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Finally watching Eli Roth's trailer for Green Inferno, I realize something: EVERY one of his movies has the EXACT same plot. "Attractive American twentysomethings travel to a faraway land. They have lots of trouble already with the "civilized" portions of these piece-of-shit backwaters, but the hidden corners of these places contain even worse secrets, things which even the "civilized" locals shudder to think about. Eventually, all most mostly-all of our attractive (albeit incredibly obnoxious and xenophobically offensive) heroes are brutally slaughtered by these primitive, untrustworthy barely-people. The moral of the story: "NEVER TRAVEL OUTSIDE OF AMERICA, AND NEVER LEAVE THE FLY-TO STATES!!!" And people expected this asshole to be The Savior Of Horror, a few years back? Congratulations, dick, your career-best accomplishment will always be a nearly-wordless acting role in another director's movie.

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I'm not a huge Roth fan, but I think the moral of those movies is the opposite; the characters are entitled idiots "collecting experiences" by taking advantage of the resources of a foreign place they don't really have any respect for. He's taking the piss out of horn dogs backpacking through Europe and activists with no skills who think a white kid's mere presence in a troubled locale will fix everything.

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Yeah, but the foreigners are presented even less sympathetically than the protagonists. They've got no depth, no familiarity, no redeeming features; they're seen as the Other, just as much as the rampaging black villains in Birth of a Nation. We're put into the uncomfortable position of having to share the POV of the entitled idiots, always looking in with an outsider's view on these "exotic" locations.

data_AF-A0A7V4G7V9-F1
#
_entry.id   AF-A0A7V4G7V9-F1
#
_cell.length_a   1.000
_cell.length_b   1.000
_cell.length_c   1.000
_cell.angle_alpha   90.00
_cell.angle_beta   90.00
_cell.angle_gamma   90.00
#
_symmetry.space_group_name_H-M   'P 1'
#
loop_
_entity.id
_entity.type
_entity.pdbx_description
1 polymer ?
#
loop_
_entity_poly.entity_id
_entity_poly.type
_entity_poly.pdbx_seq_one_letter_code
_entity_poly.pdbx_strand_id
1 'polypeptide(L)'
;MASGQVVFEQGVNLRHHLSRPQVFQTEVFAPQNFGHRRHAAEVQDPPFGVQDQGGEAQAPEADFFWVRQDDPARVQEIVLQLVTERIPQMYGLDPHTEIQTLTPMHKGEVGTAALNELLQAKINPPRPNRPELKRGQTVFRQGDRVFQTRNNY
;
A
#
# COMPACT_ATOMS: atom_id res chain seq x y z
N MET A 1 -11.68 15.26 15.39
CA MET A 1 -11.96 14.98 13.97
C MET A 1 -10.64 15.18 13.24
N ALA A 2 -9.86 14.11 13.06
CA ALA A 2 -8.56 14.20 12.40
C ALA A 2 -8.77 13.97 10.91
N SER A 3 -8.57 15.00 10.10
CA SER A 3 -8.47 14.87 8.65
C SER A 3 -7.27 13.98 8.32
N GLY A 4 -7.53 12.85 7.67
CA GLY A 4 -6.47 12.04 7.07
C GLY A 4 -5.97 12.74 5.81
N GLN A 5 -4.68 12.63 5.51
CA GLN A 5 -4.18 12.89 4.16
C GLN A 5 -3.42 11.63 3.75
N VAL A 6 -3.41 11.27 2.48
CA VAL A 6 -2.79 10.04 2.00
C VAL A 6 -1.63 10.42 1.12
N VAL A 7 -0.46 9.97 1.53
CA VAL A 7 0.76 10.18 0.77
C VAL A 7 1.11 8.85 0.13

Maggie was a disappointment. Schwarzenegger is perfectly fine in a rare dramatic role and Abigail Breslin tries really hard, but neither of 'em can overcome the script's limitations. And I don't just mean the clunky dialogue or on-the-nose symbolism (although both are definitely present and accounted for.) We're watching A Father Waits For His Daughter To Die: The Motion Picture, and it feels more like some really grim indy movie about cancer than anything you might think of when you hear "Arnold finally tackles zombies". It's explicitly said right from the beginning that Breslin is inevitably a living dead girl after she's zombie-bitten, and that there's no cure and no hope; so, yeah, get ready for ninety minutes of people brooding silently in dark rooms. Fans of icky body-horror stuff will find a few bits that they might like, but for everyone else it's a one bummer of a death march. (And hey, what's with the people in these zombie movies who always try to protect their dead, dangerous ex-loved-ones? WHAT IS THEIR PLAN? What is their exit strategy for keeping a cannibalistic zombie just hanging around?)

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... Playing video games with them. Duh.

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And getting pretend mad when they make us smell their zombie farts.

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 (And hey, what's with the people in these zombie movies who always try to protect their dead, dangerous ex-loved-ones? WHAT IS THEIR PLAN? What is their exit strategy for keeping a cannibalistic zombie just hanging around?)

 

 

Humanity craves normalcy, to the point where we will stick our heads in the sand and hope that everything will just turn back to normal.  These characters are the personification of that, they need to deny the fact  that there's a zombie apocalypse and that everything has gone to shit in order to keep a grasp on their sanity.  And sure their loved one has been bitten by the zombies and will probably turn into one, but they're just sick right?  And when you're sick the people in charge have the cure right?  So let's just wait it out and eventually the cure will be found and then everything will be back to normal, right?

 

It's been around since NoTLD and is played out as hell, but that's how I always interpreted it.

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So The Gallows was massively disappointing and basically made every mostake I hate about modern horror. It could have been great with a few small tweaks but the mistakes compound in a way that ruins the whole. Avoid.

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So The Gallows was massively disappointing and basically made every mostake I hate about modern horror. It could have been great with a few small tweaks but the mistakes compound in a way that ruins the whole. Avoid.